For those of you who are tech challenged--from one of my favorite tech geeks. Enjoy
It's Analogy Time: How Caches Work
Caches are pretty simple to understand. Let's say you're running a library with thousands of books and thousands of users. Allowing everyone to roam freely would create a traffic nightmare so you make all requests for books go through your help desk. A customer approaches the desk, tells your employee what book they want, and your employee runs to grab the book. This happens for each request. The time it takes your employee to return with a book after receiving a request from a customer is your service time and it's a value that you want to keep as low as possible in order to prevent you losing your customers to another library.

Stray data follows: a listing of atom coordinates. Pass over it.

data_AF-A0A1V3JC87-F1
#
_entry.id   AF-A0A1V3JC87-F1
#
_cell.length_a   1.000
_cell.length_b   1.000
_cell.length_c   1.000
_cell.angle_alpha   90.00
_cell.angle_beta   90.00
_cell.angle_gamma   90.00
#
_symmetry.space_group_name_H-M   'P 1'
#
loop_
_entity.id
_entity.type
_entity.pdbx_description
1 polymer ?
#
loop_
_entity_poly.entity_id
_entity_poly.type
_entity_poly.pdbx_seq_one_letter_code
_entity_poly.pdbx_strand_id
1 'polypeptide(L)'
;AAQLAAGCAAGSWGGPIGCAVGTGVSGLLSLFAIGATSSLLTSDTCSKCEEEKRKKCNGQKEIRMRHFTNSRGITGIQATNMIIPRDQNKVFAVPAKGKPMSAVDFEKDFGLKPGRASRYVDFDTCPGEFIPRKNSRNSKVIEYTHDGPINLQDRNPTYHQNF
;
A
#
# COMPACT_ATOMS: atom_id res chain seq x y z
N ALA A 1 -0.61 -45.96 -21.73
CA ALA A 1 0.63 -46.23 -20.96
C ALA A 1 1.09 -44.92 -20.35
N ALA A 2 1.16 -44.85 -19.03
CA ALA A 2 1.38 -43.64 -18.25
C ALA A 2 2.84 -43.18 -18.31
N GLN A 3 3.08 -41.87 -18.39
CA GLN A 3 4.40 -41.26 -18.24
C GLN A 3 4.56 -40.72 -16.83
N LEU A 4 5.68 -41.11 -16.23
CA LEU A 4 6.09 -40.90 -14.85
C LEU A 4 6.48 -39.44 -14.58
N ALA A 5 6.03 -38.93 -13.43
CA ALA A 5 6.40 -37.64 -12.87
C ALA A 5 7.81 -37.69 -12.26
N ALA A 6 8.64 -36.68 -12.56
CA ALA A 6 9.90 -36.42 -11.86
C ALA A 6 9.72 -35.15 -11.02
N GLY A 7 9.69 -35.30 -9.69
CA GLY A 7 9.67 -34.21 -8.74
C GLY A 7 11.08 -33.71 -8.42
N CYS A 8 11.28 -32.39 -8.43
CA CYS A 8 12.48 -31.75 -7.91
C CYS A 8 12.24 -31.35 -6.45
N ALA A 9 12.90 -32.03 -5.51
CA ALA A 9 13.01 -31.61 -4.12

Over time your employee may notice that certain books are frequently requested. A smart employee would decide to have copies of these books at the help desk, to more quickly service those requests. With a large enough desk, your employee could likely accommodate a good percentage of the requests that come by. At the end of the day, doing so would lower your service time and allow you to serve more customers. Requesting a book not located at the help desk would still take the same amount of time.
If reading patterns change over time, your employee could adapt. Assuming there's a finite amount of space at the help desk, books that are no longer as frequently read as they once were could be evicted from the desk and replaced with more popular titles.
The library I've described above is an example of a cache. The books are of course data, the customers are instructions and the help desk is the cache itself. Data that's accessed more frequently is stored in the cache and as access patterns change, so does the data in the cache.